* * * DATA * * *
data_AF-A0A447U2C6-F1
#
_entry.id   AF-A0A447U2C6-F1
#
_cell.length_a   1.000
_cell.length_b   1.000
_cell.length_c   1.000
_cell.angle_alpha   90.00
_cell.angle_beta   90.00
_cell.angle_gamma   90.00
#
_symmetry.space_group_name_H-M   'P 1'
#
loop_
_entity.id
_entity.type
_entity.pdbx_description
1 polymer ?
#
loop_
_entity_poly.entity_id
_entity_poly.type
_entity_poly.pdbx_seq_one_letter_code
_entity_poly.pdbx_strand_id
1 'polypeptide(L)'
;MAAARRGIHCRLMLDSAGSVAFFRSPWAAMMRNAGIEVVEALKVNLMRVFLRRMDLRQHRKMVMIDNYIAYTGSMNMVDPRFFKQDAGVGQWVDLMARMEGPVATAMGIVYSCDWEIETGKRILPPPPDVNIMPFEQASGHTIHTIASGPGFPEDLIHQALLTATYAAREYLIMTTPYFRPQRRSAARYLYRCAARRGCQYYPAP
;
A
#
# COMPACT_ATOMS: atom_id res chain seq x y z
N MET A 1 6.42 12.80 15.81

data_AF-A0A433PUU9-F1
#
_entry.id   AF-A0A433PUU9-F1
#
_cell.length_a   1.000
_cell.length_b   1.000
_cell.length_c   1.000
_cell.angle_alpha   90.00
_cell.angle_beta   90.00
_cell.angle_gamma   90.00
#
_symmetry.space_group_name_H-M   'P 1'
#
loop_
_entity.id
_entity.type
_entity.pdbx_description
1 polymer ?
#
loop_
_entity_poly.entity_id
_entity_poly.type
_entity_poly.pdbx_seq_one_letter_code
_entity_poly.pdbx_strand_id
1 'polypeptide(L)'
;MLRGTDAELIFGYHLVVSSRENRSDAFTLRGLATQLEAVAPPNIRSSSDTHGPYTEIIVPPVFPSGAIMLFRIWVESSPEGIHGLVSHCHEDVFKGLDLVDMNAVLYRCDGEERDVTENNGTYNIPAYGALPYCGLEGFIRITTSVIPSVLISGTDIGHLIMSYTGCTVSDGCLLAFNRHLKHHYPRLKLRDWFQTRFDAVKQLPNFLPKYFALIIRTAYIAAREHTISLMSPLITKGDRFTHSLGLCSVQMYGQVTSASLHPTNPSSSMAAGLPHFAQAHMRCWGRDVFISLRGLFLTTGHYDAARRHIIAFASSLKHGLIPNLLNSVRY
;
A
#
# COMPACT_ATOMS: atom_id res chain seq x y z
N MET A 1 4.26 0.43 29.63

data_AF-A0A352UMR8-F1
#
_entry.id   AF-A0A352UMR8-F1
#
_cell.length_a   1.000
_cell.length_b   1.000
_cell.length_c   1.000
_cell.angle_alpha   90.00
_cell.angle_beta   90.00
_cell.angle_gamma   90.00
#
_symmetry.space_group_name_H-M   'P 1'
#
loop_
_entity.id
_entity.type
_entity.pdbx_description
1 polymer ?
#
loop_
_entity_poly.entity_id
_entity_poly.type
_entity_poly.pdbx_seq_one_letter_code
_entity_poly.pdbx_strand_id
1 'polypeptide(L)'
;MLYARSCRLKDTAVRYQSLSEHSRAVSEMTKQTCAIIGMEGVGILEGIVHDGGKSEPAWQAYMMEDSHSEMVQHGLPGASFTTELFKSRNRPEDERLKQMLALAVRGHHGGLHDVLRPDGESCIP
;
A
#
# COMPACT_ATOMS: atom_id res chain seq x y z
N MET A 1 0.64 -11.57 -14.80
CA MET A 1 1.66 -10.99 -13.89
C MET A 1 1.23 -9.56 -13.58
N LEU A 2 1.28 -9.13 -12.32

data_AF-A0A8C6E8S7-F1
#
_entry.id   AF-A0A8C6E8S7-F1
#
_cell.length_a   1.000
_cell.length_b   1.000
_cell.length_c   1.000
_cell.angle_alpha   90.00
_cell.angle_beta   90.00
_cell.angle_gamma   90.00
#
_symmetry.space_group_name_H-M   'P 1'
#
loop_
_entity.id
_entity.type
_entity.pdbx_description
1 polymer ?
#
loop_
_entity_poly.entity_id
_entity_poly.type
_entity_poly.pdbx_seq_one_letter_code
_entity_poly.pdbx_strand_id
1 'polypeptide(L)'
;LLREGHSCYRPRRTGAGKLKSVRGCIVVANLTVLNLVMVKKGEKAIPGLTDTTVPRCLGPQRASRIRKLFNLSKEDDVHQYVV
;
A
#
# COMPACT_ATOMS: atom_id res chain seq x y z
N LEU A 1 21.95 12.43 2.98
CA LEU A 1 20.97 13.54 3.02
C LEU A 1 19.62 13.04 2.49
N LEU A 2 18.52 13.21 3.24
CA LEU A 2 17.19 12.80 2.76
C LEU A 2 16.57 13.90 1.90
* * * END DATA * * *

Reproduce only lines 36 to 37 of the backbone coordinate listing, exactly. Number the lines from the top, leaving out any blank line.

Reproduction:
_cell.length_a   1.000
_cell.length_b   1.000